Vanguard Unveils UK’s Cheapest Self-Invested Personal Pension (SIPP)

Extremely welcome news from US fund manager Vanguard: the asset management giant – a pioneer of low-cost tracker funds – has released details of its new UK self-invested pension.

The big news is the 0.15% account platform fee, capped to a maximum of £375. Investors will still pay an on-going fund fee – for example, 0.22% on a LifeStrategy fund which blends equities and bonds on a 20%/80% split.

In the case of a LifeStrategy fund choice – Vanguard’s LifeStrategy funds are a highly diversified mix of bonds and stocks regularly rebalanced to reflect an individual’s investment goal and time horizon – the overall annual charge would work out at 0.37% a year (0.15% platform fee + 0.22% fund fee), well below industry average norms.

Investors have full access to 76 Vanguard funds and ETFs plus access to Vanguard’s Target Retirement Funds including the just-mentioned LifeStrategy range.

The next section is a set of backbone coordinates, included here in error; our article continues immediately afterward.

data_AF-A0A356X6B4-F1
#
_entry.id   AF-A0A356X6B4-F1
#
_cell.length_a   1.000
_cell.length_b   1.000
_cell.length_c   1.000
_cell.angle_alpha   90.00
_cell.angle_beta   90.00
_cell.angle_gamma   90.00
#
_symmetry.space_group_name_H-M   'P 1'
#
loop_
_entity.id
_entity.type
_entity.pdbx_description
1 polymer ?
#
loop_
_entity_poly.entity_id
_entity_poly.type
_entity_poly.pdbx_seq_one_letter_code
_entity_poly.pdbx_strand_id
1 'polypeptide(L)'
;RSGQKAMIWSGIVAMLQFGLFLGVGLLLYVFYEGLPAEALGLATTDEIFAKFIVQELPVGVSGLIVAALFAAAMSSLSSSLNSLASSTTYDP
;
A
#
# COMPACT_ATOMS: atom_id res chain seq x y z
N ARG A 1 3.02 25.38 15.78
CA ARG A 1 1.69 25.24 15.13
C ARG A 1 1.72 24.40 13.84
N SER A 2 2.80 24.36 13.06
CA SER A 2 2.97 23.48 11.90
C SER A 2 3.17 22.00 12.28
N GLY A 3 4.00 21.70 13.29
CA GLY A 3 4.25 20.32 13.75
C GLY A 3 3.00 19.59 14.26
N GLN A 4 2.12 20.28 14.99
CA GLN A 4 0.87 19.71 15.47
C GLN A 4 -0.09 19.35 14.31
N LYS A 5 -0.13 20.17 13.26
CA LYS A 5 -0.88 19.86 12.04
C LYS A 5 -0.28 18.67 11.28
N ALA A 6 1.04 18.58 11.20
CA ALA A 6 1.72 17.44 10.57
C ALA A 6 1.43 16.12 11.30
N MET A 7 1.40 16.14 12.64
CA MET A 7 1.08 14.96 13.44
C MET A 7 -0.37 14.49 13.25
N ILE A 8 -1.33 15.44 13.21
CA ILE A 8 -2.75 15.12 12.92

Massive long term savings

Tom Nielsen of Advice Bridge has crunched the numbers – and the potential savings look very significant he says.

Take a 50-year-old man on track for a retirement income of £20,000 including the state pension at 67, says Nielsen.

Even if he makes a minimal workplace contribution of an extra £100 a month and has existing pension savings of £200,000, switching from a mainstream provider charging 0.57% per year to Vanguard at 0.37% per year would yield him an extra £57,000 by the end of his life.

Small percentile points matter – a lot

This is a great move for thousands of ordinary investors and our clients, Nielsen adds.

The interesting thing is that this makes Vanguard self-invested platforms as cheap as some of the cheapest workplace pension funds for the first time.

He goes on: Although higher fees of 0.50%-plus may not look much on paper, the real-world outcome is huge long-term.

This is an ultra-low-cost pension from an established, high-quality player.

What’s not to like?

Vanguard will not charge any fees on transfers, valuation statements or exit fees.

For the moment this new Self-Invested Personal Pension (SIPP) is targeted at those building up a pension pot, rather than any drawdown service – to follow in the next tax year, hopefully.